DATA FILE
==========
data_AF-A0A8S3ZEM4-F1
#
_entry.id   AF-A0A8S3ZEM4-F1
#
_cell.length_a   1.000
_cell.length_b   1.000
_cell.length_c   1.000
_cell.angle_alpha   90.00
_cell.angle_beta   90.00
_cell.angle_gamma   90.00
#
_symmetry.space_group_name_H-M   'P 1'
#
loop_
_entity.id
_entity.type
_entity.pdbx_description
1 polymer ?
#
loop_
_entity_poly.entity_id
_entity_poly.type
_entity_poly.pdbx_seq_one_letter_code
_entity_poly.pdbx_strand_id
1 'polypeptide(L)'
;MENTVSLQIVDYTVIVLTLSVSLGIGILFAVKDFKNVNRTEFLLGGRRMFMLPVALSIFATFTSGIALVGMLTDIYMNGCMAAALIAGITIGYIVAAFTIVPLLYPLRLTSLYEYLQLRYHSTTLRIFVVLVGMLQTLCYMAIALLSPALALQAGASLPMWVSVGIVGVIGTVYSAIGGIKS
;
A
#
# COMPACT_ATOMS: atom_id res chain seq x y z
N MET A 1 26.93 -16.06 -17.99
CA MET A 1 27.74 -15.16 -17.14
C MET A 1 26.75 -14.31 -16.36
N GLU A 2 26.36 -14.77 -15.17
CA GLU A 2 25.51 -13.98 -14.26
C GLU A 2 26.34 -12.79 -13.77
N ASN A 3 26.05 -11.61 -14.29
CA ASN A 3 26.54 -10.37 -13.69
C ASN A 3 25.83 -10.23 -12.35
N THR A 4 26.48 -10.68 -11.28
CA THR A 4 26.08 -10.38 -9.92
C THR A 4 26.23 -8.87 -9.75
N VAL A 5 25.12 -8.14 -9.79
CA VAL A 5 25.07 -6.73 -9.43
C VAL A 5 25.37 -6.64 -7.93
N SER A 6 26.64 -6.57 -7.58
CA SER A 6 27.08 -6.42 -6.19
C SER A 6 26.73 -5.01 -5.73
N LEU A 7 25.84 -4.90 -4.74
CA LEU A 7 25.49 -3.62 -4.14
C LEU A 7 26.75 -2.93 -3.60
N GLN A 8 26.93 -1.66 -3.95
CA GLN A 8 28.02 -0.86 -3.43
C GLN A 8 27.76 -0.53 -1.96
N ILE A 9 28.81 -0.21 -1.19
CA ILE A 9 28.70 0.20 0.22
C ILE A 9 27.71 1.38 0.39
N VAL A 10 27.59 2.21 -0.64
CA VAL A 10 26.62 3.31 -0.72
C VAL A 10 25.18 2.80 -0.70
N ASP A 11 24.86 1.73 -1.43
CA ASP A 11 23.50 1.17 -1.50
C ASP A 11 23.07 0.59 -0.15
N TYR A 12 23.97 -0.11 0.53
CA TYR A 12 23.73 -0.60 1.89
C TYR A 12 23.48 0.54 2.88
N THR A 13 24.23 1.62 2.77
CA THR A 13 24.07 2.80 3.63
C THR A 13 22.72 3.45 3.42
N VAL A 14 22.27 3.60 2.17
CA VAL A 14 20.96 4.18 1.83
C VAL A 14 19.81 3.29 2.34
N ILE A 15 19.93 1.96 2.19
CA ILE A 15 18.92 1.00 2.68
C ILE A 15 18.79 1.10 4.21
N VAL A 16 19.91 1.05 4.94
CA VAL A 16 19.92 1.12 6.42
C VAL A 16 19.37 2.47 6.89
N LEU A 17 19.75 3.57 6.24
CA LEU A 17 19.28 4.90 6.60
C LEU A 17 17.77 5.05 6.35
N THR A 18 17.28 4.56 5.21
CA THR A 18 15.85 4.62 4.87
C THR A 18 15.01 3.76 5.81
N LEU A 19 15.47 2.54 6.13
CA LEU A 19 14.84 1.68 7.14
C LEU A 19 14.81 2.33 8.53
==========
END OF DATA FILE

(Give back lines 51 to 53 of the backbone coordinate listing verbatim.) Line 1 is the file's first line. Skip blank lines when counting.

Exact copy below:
C LEU A 7 26.75 -2.93 -3.60
N GLN A 8 26.93 -1.66 -3.95
CA GLN A 8 28.02 -0.86 -3.43